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Celebrating 40 Years Part 1-Galafrey Wines Australian Wines


 Celebrating 40 years 1977-2017
"When Ian Tyrer first moved to Mt Barker to set up Galafrey Wines he made an agreement with his Melbourne-born wife, Linda. He said after six months he would ask her if she liked what they were doing and if she did not they would move back east." Twenty two years on I still have not ask that question" Ian Tyrer said with a laugh"

Toast to the Coast.
February 1999 Countryman Newspaper

I love that article about Ian and the beginning of Galafrey. It sums up his sense of humour and how they both left their careers in the computer industry to start a vineyard in Mt Barker. They dug holes at every property they visited trying to find the prefect block to start a vineyard. North facing, gravel loam, high altitude and here we are!
Ian and Linda Tyrer brought the former sheep and orchid property in 1976 and started planting a vineyard in 1977. In those day you were given a list of available cuttings from the Ag Dept and choose accordingly.
Ian and Linda choose to plant Chardonnay, Riesling, Muller,Cabernet Franc, Merlot, Pinot, Shiraz and Cabernet Sauvignon on 12 Ha. and in 1978 Cyclone Alby hit the region. While no real damage to the vineyard it certainly gave Ian and Linda a welcoming to rural life, bush fires and fallen trees.

Did you know Galafrey was one of the first people to planted Pinot Noir in WA! Inherently we had a big block of Pinot. And people loved it! " This is the best Pinot ever!" they would say. Once the vineyard become more established Ian noticed that there was more than one variety of Pinot in the block. There was a world Pinot expert in WA and he come down to visit. He noted that this was Upright, and droopy Pinot and the rest was Shiraz. Well know wonder people loved the wine, it was practically Shiraz!
Why Muller? Suggested to us by a wine expert as a fruit driven style that would sell well at cellar door., and doesn't it ever! Ray Jordan often writes about our Muller quoted as " been championed by Tyrer."
It was hard work for Linda and Ian who often manage a day time job and worked the vineyard on the weekends before heading back to Perth for Monday Morning totally wreaked.. They made the commitment to leave Perth and live on the vineyard. They sold fruit off the orchid at markets. Hard work paid off with a profit of $20 when Linda refused to do that again. Then Ian got a job at Mt Barker tower. Ian gain experience working at Houghton's and Plantagenet wines one vintage and relied on advice of many friends within the industry.

In 1982 we had our first Cellar door and vintage at our converted shed winery. Re photo above.
Move the Winery to Albany...
"...Galafrey Run by the assiduously eccentric Ian Tyrer and wife Linda, is content to do its own thing. Just to underline the
ccentricity, Galafrey is the only small winery in Australia with an outright surplus of space, situated as it is cavernous confines of an 80 year old wool store in Albany."
James Halliday .

In 1984 Galafrey moved to Albany. Why? Because it was easier to the winery than tourist. With Albany being a major tourism town Galafrey looked for an opportunity to move the winery and cellar door. At the time the wool store was up for tender and Linda and Ian put in an offer. Then they received a phone call that they won the tender and then the bank refused to lend them the money. In a bit of a pickle Ian quickly suggested he had met a man at a rural show from a rural bank and proceed to give him a call and they lent them money. The woolstore was a huge building. In the offices we built an apartment style house were we lived. As it was down the bottom of York street we lived opposite 3 pubs, a night club, gents toilets and a taxi rank. So Many stories!! The best I guess was when people stayed. Once at 3am the street cleaner come pass, flashing lights and noise and our guest were running around the house confused and commenting on whether or not they are to be taken by aliens!! We had great events with the Jazz in the Winery being a bit annual hit as well as being apart of the Fredericks Town Festival. It was very radical at the time to watch wine being made with a cellar door over viewing the winery. The cellar door was also very unique as Linda hand painted the largest wine mural.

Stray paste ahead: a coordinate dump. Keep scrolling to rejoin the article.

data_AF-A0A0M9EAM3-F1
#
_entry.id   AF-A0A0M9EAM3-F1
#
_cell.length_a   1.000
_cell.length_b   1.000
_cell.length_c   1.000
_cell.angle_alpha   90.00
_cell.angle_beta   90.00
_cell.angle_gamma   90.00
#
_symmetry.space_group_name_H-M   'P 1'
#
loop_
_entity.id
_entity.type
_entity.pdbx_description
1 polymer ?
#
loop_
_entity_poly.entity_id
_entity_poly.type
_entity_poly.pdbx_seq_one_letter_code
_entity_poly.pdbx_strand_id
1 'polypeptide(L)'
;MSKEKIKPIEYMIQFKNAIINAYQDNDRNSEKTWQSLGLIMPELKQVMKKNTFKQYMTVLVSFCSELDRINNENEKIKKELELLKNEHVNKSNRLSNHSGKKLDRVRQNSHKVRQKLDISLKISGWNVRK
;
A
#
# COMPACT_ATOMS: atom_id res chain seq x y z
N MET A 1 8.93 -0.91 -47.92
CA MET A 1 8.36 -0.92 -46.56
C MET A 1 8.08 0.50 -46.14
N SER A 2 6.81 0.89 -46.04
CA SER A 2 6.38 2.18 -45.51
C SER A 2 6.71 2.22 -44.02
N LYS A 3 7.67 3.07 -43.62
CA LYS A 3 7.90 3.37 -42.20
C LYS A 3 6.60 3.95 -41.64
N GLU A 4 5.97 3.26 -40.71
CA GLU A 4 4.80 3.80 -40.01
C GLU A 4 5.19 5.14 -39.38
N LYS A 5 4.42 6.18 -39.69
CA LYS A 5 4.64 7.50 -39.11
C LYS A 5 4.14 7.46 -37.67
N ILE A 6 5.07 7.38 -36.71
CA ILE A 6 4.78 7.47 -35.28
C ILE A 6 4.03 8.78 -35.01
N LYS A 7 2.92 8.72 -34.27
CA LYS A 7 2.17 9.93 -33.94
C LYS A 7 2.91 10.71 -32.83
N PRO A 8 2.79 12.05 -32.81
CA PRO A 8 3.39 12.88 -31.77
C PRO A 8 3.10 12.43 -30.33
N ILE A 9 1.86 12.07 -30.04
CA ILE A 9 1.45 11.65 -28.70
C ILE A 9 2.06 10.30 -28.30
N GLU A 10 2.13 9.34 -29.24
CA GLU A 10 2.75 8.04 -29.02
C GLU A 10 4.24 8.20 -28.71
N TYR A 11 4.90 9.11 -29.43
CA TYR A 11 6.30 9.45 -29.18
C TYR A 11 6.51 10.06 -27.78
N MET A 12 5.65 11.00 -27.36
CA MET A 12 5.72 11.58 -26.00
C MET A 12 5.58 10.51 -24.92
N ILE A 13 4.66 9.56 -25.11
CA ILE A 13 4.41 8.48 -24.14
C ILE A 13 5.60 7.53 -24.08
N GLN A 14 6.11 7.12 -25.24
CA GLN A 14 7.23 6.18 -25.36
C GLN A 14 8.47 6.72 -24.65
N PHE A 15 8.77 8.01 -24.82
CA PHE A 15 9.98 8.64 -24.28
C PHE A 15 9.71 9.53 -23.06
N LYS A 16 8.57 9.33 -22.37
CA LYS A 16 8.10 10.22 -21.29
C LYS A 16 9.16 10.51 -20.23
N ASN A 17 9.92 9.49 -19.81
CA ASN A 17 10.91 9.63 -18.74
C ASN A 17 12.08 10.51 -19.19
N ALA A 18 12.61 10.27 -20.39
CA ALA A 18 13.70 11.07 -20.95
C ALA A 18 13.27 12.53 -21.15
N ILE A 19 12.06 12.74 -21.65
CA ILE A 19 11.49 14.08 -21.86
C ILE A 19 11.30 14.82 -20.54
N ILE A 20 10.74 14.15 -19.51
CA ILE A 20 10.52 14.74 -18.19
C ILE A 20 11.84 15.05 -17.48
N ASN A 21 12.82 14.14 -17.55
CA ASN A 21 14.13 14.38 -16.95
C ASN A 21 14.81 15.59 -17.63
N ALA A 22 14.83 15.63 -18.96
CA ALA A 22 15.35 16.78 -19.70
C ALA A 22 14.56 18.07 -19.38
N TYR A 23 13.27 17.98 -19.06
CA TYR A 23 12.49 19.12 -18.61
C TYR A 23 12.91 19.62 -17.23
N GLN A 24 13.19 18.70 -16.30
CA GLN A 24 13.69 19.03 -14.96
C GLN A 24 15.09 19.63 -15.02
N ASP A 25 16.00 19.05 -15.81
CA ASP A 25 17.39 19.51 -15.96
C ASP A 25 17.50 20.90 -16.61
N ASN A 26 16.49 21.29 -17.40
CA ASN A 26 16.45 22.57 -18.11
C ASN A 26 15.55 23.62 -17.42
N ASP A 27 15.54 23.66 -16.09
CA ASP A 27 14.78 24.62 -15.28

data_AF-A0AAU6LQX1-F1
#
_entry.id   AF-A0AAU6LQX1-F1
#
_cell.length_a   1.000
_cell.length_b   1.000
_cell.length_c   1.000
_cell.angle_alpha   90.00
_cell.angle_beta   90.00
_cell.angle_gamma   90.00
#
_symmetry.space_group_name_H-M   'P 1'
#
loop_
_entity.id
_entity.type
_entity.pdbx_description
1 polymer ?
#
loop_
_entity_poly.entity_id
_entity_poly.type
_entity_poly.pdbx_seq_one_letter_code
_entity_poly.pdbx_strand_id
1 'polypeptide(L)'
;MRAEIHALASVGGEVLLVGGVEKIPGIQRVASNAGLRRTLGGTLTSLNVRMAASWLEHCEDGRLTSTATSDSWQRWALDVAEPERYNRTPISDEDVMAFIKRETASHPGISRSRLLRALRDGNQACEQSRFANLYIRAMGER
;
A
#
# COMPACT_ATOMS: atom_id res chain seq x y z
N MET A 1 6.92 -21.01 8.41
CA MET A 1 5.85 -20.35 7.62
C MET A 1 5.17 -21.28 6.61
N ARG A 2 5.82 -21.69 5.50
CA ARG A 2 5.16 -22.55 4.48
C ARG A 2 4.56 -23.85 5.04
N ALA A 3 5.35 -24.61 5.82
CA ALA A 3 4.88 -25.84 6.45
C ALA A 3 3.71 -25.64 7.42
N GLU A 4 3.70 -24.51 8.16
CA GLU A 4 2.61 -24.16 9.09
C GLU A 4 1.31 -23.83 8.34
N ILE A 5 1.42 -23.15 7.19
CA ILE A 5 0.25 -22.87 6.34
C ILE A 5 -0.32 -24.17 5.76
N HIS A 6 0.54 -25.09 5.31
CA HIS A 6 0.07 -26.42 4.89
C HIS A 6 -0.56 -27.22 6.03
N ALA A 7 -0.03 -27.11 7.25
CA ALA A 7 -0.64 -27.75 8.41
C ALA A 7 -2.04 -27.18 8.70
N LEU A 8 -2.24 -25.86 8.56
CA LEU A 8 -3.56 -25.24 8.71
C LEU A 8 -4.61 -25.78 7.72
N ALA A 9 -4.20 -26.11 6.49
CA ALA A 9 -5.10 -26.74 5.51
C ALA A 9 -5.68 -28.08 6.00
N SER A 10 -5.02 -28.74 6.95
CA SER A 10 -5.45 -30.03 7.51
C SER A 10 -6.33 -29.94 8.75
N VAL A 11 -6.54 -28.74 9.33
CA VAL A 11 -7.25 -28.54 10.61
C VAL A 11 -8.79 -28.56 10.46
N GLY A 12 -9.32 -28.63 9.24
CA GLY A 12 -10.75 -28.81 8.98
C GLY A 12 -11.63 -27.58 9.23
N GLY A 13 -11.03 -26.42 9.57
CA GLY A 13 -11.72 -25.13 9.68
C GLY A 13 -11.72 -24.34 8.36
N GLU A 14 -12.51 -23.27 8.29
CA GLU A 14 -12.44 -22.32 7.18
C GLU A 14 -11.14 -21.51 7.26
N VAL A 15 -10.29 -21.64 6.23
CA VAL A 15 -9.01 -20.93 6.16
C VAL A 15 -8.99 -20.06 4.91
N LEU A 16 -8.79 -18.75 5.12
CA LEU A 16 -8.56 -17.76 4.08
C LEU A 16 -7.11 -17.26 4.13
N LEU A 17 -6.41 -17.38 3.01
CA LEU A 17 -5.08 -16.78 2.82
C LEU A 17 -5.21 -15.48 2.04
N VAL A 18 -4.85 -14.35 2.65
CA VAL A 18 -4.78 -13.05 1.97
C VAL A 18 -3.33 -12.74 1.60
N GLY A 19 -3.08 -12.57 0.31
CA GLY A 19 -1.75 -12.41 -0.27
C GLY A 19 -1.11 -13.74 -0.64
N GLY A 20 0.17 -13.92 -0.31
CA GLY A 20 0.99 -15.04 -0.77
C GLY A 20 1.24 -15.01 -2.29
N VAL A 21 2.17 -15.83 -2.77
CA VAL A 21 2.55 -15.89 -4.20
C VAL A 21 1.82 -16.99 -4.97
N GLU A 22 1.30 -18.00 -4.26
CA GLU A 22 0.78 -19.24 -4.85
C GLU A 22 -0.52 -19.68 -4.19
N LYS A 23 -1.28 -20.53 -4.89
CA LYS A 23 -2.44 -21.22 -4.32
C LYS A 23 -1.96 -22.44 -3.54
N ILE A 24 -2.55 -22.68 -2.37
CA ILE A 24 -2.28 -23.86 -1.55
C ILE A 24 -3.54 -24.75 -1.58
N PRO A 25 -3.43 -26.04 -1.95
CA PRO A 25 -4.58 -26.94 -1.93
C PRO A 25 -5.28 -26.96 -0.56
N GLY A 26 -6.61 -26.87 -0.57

We started to wine awards. The 1985 Cabernet sauvignon won a trophy . We were the first in the region to make bottle fermented Sparkling wine with the 1985 Sparkling Cab Sauv and 1997 Sparkling Riesling

Ian often travelled back and forward to the vineyard in Mt Barker. On weekends we would make a day of it cooking sausauges on home made bbqs, baked potatoes in bonfires and many a picnic lunch. The photo top left in a good example of sitting on a wooded box stoking the fire.

In 1989 a major hail storm hit the vineyard wiping out our Riesling and Cabernet Sauvignon. I remember the day well as I got the day of school. The vines looked chewed up and not a leaf in sight. The boundary fence looked like a hedge. That's were all the leaves and canes were. It takes 3 years to get over a hail storm. One year vintage gone followed by a difficult prune, next year vintage minimal due to a poor prune followed by a tired year of re-establishing yourself in the market. And of course it was our two leading varieties Riesling and Cabernet sauvignon.
One of the biggest challenges over the years has been tax. In 1986 the government started taxing wine with 10 per cent sales tax and then over the years the tax rose and now sits at 29% Wine equalization tax plus 10 % GST. Still to this day the WET tax is widely debated within the Industry and the ATO.


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